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UN Seeks to Counter Terrorist Activity Online

  • Margaret Besheer

Britain's U.N. Ambassador Matthew Rycroft, left, and United States U.N. Ambassador Samantha Power, right, confer during a Security Council meeting on terrorism, May 11, 2016, at U. N. headquarters in New York.

Britain's U.N. Ambassador Matthew Rycroft, left, and United States U.N. Ambassador Samantha Power, right, confer during a Security Council meeting on terrorism, May 11, 2016, at U. N. headquarters in New York.

The U.N. Security Council has requested that its counterterrorism committee present a proposal for an international framework to combat how terrorists attract and recruit people to commit violent acts.

The committee was asked to make the recommendations by next April 30.

This request is part of intensified efforts by the 15-nation council to fight the growing threat from terrorist groups, including the self-styled Islamic State, Boko Haram and al-Qaida.

At their meeting Wednesday, council members focused on how terrorists exploit the Internet and social media to disseminate their propaganda and recruit new followers, especially young people.

The Internet “has been hijacked to spread the hateful messages of Da’esh in ways previously thought impossible, to reach audiences previously thought inaccessible,” British Ambassador Matthew Rycroft said, using Islamic State’s Arabic acronym.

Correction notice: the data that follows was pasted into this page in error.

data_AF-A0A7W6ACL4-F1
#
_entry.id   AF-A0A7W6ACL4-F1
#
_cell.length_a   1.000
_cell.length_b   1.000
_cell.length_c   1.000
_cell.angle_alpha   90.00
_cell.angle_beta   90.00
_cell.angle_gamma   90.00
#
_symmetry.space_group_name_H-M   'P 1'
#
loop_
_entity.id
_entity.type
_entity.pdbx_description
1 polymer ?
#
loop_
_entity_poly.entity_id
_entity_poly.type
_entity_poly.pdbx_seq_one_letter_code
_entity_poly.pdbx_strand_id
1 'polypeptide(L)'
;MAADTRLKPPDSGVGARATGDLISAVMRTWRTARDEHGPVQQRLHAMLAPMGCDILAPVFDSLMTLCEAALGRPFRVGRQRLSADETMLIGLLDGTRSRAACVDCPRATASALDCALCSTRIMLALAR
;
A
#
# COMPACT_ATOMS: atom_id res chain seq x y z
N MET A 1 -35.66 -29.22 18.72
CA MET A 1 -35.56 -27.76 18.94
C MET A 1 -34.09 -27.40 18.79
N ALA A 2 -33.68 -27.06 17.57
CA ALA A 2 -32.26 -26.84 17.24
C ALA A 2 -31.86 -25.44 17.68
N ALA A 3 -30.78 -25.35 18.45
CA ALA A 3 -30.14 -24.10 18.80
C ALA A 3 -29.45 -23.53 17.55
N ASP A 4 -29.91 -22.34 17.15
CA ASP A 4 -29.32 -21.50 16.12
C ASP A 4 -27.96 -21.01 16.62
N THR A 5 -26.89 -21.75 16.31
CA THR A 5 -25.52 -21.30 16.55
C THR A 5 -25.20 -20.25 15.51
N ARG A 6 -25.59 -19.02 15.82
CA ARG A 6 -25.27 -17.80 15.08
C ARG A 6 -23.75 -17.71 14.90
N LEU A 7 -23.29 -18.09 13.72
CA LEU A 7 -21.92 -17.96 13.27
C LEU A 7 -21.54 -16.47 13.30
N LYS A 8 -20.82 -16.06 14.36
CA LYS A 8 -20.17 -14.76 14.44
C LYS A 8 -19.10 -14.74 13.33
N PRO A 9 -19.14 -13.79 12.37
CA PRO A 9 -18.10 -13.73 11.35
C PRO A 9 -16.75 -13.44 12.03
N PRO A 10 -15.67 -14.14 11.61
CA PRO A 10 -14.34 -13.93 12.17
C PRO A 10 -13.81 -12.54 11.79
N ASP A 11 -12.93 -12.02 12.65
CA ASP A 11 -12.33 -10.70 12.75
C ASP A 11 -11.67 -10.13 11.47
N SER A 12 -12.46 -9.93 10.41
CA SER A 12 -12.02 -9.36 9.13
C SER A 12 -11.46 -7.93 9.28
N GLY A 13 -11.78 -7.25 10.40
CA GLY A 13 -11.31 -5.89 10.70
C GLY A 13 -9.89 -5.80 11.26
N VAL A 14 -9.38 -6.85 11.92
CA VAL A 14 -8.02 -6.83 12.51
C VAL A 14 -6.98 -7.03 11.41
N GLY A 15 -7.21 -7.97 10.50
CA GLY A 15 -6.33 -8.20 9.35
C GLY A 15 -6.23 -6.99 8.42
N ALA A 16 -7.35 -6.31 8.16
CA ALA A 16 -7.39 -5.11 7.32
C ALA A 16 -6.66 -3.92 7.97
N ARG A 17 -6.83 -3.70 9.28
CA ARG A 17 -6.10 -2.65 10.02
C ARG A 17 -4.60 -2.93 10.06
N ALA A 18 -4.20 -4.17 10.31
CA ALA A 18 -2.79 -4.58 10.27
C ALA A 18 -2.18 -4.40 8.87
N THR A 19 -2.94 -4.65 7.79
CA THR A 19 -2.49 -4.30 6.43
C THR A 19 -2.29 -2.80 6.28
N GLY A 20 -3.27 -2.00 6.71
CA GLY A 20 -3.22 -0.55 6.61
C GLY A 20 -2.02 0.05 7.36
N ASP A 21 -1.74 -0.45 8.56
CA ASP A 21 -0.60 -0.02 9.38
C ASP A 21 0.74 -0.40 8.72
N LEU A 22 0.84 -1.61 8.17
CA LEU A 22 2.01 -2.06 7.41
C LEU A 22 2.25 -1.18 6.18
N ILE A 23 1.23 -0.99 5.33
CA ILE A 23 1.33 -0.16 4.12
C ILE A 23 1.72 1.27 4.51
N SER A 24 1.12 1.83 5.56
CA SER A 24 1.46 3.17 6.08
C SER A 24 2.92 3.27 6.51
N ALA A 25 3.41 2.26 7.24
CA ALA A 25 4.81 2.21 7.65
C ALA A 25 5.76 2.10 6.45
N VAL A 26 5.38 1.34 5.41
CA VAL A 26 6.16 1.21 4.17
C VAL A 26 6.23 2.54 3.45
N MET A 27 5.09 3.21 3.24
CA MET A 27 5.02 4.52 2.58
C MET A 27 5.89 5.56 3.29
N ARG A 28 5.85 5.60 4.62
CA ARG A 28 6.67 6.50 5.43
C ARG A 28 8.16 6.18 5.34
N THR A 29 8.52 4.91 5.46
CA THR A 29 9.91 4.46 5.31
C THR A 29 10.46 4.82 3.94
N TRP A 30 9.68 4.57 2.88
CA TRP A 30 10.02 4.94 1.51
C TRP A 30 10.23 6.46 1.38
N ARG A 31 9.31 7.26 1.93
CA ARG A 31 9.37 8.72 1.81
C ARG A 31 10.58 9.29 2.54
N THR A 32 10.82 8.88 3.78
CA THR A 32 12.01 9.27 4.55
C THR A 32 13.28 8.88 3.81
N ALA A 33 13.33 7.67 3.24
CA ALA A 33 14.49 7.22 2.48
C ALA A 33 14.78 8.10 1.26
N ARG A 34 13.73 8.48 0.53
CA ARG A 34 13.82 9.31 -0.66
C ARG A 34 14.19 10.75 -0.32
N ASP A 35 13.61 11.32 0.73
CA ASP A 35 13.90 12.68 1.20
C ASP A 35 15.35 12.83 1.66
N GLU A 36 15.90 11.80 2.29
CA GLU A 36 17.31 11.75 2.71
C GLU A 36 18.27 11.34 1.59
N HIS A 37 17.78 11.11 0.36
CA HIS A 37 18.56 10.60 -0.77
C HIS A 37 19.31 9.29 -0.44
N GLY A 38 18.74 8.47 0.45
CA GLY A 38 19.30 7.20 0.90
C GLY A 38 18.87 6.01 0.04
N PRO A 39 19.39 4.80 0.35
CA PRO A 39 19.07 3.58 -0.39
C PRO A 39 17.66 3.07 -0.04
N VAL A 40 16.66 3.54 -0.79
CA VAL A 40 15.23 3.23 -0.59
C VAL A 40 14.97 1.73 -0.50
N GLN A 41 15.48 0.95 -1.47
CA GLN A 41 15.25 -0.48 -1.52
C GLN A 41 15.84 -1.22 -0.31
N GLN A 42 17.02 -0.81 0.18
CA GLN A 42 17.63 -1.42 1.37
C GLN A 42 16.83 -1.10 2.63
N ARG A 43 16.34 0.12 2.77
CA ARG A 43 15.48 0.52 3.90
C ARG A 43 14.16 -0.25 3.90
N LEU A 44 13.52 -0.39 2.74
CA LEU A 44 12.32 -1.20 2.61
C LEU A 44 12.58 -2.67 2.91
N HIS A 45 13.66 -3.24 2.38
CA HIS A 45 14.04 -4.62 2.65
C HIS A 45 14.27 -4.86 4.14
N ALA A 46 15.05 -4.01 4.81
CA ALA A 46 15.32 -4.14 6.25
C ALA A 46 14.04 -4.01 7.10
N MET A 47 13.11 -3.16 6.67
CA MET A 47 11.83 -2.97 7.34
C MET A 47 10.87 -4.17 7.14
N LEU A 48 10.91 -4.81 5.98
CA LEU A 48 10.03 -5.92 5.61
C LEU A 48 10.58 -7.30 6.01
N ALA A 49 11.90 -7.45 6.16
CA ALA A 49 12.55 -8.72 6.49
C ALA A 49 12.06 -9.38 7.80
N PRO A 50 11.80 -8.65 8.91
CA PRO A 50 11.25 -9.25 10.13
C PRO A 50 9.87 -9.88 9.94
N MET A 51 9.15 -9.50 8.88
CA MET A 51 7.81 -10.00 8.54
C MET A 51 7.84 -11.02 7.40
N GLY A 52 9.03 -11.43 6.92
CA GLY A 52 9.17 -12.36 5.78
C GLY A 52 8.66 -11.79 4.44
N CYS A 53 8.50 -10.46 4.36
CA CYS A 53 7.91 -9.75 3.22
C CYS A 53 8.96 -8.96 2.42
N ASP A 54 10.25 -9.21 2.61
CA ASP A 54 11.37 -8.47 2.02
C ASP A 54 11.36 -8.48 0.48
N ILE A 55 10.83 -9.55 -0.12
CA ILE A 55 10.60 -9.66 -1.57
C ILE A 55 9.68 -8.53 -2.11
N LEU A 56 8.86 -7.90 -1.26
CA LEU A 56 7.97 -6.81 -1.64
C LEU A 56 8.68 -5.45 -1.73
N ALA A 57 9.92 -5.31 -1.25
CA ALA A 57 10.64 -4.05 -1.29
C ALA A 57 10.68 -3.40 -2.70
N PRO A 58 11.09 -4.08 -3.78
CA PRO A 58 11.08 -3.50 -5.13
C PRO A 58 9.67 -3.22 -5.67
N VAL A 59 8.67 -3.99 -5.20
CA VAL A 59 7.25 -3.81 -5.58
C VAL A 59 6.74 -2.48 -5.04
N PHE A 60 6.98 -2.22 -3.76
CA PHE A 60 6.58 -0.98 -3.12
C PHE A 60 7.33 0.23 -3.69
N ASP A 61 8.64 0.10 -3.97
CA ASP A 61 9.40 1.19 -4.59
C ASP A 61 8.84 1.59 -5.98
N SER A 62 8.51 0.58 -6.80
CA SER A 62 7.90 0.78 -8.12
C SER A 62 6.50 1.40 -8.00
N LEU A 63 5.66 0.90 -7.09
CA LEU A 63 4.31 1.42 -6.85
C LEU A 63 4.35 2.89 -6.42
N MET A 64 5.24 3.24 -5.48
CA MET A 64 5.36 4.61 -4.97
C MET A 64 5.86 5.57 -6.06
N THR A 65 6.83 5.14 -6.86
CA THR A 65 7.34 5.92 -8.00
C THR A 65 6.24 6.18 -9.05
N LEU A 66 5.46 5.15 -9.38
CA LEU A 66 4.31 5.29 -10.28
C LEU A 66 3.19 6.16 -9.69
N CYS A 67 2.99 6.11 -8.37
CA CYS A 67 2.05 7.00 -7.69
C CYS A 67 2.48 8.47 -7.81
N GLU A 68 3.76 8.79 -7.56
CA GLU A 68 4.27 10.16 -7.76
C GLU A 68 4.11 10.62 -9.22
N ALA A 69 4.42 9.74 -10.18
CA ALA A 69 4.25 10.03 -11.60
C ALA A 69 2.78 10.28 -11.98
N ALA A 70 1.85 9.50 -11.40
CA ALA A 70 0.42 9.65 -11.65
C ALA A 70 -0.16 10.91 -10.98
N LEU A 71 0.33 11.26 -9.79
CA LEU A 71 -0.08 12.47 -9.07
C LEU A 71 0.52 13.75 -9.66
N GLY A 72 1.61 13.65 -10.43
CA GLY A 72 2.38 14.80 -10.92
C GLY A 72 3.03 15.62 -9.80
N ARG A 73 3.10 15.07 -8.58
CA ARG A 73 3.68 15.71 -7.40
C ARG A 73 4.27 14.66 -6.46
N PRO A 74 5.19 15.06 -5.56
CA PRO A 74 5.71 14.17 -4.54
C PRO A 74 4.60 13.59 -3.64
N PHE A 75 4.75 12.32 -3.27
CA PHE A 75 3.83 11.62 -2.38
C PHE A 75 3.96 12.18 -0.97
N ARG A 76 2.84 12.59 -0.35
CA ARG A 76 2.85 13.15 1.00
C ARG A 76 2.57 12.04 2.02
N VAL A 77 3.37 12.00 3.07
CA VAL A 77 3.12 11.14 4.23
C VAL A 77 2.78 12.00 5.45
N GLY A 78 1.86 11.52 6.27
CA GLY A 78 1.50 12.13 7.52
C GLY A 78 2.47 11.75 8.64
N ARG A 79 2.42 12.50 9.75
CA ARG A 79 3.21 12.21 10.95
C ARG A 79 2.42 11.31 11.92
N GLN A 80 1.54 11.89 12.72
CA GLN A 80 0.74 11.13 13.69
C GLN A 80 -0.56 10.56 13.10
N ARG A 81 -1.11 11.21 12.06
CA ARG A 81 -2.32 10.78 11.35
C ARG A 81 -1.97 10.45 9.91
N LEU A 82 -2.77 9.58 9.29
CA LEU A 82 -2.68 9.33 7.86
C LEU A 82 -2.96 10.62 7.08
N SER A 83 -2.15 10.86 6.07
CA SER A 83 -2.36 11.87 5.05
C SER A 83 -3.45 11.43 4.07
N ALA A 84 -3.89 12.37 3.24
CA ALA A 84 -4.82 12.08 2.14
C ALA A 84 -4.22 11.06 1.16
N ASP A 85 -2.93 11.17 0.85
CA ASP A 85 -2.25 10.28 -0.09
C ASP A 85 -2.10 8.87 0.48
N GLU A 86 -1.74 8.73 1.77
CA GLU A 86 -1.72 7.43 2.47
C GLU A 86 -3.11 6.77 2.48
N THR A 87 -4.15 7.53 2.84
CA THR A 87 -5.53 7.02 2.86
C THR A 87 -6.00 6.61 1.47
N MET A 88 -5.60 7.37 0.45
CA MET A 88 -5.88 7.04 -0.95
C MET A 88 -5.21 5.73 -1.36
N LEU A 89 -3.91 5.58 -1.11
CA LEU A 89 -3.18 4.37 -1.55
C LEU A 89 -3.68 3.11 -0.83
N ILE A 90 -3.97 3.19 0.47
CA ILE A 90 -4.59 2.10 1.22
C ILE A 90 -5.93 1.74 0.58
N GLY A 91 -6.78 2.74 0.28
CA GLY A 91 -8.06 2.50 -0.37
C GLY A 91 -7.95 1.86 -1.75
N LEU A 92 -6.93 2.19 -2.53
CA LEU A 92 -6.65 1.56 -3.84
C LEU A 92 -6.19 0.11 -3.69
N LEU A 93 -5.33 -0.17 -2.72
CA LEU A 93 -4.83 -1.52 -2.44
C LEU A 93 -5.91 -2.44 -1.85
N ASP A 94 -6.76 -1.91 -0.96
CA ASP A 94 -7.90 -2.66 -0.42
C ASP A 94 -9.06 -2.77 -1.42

But he and others pointed out that the Internet and social media platforms such as Facebook and Twitter also can be important tools to counter extremist voices.

“The Internet itself is not a threat,” said U.S. Ambassador Samantha Power. “Though it can host ISIL lies and propaganda, it also makes possible the flow of counter narratives, the exchange of new ideas and the voices of tolerance, who vastly outnumber the exceptions.”

China’s envoy, Liu Jieyi, appeared to call for tighter Internet regulations, saying “we must cut off the channels for spreading terrorist ideologies.”

He cited the Internet and social media as two of those platforms. He urged the international community to take measures – including stepped-up Internet surveillance – to prevent terrorists from releasing audio and video materials online for recruiting, financing, planning or carrying out other terrorist activities.

Safeguarding press freedom

“The protection of free media can be a defense against terrorist narratives,” U.N. Deputy Secretary-General Jan Eliasson told the council. “There must be no arbitrary or excessive punishment against people who are simply expressing their opinions.”

He also urged space for civil society and nongovernmental organizations to operate freely.

Wednesday’s debate was chaired by Egypt, which holds the council presidency this month. Cairo has come under increasing international criticism for its crackdown on NGOs and media organizations.

Foreign Minister Sameh Shoukry dismissed reporters’ questions regarding the arrest of journalists and the difficulties they face working in Egypt, saying there are “a multitude of press outlets, both independent, and even government owned, that are totally free to express their views and do so.”

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